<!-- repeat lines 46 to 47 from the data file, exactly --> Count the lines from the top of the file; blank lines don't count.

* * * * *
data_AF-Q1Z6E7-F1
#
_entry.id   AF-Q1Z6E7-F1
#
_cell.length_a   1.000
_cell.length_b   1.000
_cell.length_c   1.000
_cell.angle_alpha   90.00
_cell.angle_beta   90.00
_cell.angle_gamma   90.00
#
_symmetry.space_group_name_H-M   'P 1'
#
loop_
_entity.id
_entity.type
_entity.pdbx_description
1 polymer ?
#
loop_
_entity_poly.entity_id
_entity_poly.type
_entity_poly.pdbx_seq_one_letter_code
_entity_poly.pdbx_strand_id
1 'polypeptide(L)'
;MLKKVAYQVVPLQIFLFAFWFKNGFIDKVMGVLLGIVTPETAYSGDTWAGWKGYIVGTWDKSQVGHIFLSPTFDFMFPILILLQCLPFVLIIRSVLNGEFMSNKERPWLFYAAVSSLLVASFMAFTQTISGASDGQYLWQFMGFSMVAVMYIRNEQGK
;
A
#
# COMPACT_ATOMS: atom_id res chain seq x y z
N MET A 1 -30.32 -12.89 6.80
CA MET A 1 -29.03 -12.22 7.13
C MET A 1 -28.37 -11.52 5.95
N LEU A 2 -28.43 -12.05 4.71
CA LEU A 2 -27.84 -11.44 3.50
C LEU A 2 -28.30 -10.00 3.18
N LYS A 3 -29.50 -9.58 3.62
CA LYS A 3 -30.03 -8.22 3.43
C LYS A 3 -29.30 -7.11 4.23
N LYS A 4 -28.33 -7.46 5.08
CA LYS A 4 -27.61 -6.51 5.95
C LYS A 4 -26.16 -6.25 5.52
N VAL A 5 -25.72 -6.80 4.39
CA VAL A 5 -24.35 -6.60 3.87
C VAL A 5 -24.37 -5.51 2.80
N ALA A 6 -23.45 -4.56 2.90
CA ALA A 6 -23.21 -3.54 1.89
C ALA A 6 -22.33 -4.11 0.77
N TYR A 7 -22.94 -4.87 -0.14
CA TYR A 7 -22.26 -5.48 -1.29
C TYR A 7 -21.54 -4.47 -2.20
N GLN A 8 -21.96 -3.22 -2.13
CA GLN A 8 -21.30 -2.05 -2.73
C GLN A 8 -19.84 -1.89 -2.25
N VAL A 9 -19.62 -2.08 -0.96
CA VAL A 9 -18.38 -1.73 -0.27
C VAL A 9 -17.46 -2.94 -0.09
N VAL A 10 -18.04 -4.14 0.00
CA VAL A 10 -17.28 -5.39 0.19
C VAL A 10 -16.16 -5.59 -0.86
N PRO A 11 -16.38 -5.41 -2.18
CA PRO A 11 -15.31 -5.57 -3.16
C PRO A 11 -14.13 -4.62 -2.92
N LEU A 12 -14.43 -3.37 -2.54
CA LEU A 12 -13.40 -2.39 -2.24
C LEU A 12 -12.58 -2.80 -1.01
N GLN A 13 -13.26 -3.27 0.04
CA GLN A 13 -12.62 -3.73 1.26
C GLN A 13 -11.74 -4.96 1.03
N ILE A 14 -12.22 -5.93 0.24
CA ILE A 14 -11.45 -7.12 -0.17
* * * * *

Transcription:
N ALA A 6 -23.45 -4.56 2.90
CA ALA A 6 -23.21 -3.54 1.89